Thursday, December 25, 2008

The First Hundred Years After Mohammed

In just over one hundred years following the death of Mohammed in 632, the Arab followers of the Prophet had subjugated a territory with an east-west expanse greater than the Roman Empire, and they accomplished it in about half the time. By the mid-eighth century, Arab armies had conquered the thousand-year-old Persian Empire, reduced the Byzantine Empire to little more than a city-state based around Constantinople, and destroyed the Visigoth kingdom of Spain. The cultural and linguistic effects of this early Islamic expansion still reverberate today.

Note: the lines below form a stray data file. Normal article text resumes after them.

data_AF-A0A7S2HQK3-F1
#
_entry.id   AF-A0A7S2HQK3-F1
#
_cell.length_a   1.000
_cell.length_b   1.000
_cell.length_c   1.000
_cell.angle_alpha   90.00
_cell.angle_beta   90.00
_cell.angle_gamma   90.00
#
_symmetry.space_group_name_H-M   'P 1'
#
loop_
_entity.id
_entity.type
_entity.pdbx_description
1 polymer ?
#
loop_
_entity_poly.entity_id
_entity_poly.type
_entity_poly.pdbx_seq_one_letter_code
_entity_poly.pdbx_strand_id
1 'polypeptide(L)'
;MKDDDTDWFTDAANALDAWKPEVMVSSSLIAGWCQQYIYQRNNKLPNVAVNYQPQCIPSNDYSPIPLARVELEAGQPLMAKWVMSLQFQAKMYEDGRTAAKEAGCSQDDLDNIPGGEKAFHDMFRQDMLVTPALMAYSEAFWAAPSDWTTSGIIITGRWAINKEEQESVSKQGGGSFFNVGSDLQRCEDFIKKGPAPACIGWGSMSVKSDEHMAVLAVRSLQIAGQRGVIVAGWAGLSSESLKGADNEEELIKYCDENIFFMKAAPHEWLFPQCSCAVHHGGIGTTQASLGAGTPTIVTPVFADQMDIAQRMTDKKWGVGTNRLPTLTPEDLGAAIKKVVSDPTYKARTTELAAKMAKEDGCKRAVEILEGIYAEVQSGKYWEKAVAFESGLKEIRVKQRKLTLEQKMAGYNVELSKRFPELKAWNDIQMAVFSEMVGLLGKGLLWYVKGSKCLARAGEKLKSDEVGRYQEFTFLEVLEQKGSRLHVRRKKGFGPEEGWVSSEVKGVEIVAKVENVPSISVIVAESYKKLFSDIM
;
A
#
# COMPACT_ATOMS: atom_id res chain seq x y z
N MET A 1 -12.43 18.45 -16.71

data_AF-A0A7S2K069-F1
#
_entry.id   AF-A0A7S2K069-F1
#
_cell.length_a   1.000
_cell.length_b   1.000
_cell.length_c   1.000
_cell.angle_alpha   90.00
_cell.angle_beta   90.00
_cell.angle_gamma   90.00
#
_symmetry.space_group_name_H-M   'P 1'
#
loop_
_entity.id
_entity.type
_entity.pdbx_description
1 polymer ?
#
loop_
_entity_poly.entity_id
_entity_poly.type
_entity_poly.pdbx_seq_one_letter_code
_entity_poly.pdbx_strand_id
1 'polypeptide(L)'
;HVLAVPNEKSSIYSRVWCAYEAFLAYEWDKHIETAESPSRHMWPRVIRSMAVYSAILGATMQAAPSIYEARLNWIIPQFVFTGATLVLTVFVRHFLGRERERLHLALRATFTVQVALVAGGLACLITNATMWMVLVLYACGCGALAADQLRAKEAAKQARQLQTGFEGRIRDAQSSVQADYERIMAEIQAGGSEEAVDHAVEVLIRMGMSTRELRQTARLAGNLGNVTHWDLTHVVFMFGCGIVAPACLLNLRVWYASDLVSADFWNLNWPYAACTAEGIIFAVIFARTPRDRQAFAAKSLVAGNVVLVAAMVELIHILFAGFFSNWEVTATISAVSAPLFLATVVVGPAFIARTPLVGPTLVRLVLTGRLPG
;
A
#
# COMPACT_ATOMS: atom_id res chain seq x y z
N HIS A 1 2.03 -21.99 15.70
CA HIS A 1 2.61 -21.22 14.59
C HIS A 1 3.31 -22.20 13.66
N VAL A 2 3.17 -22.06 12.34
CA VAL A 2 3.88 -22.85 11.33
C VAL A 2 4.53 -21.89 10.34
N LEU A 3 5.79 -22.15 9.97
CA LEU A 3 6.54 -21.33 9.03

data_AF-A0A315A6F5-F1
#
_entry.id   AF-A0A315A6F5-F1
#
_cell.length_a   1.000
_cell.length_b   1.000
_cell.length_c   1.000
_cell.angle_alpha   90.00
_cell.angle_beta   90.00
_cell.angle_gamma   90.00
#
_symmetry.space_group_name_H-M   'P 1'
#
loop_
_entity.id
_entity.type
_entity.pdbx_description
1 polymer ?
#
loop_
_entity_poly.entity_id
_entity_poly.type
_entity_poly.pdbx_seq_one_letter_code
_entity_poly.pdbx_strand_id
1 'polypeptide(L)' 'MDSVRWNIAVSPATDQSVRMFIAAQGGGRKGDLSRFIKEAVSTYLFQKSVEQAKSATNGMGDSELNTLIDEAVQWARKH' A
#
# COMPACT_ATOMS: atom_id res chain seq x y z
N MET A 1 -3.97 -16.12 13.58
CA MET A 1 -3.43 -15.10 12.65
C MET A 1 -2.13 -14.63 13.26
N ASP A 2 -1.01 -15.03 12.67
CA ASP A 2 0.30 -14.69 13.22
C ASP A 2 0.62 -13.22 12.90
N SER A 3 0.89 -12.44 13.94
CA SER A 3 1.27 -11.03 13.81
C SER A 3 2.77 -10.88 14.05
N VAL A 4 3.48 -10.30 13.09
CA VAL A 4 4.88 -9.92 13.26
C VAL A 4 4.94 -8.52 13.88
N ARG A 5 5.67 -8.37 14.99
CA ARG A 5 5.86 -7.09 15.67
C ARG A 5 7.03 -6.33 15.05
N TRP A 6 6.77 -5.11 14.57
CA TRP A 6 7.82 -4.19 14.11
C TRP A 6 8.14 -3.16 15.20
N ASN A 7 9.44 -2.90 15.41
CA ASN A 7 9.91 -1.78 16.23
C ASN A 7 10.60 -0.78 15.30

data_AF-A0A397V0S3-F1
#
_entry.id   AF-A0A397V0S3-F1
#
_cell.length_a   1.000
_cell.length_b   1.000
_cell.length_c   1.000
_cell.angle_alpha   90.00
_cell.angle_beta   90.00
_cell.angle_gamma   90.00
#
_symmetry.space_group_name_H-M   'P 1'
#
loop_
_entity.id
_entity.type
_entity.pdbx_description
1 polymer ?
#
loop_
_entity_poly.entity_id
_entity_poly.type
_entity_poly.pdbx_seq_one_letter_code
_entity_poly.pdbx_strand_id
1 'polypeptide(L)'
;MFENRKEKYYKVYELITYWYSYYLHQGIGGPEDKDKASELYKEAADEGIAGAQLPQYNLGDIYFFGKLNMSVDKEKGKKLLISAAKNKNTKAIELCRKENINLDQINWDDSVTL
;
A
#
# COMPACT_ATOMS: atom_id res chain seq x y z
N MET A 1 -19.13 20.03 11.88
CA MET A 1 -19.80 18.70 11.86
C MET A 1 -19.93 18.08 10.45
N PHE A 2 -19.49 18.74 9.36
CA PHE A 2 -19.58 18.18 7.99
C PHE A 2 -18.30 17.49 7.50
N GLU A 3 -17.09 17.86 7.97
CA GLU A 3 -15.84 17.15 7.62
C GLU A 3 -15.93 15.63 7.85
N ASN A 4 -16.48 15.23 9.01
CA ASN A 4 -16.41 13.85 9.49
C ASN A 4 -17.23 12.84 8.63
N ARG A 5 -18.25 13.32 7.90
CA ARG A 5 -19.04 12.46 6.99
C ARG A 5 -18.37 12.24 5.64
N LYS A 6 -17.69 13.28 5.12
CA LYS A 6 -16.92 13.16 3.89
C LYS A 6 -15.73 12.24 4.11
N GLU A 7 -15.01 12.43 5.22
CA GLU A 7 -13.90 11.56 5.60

- from the inside flap of the book,
The Great Arab Conquests by Hugh Kennedy

Many conquerors have come and gone, but the Islamic conquest had a devastating impact on the world — arguably a more devastating impact than any conquest before or since, including Alexander the Great, Hannibal, and Ghengis Khan — because it wasn't merely a matter of the new conquerer gaining tribute. The Islamic conquerors took everything from the newly conquered: money, language, culture, traditions, wives, children, values. Everything. The nature of Islam is that it replaces cultures wherever it gets a foothold.

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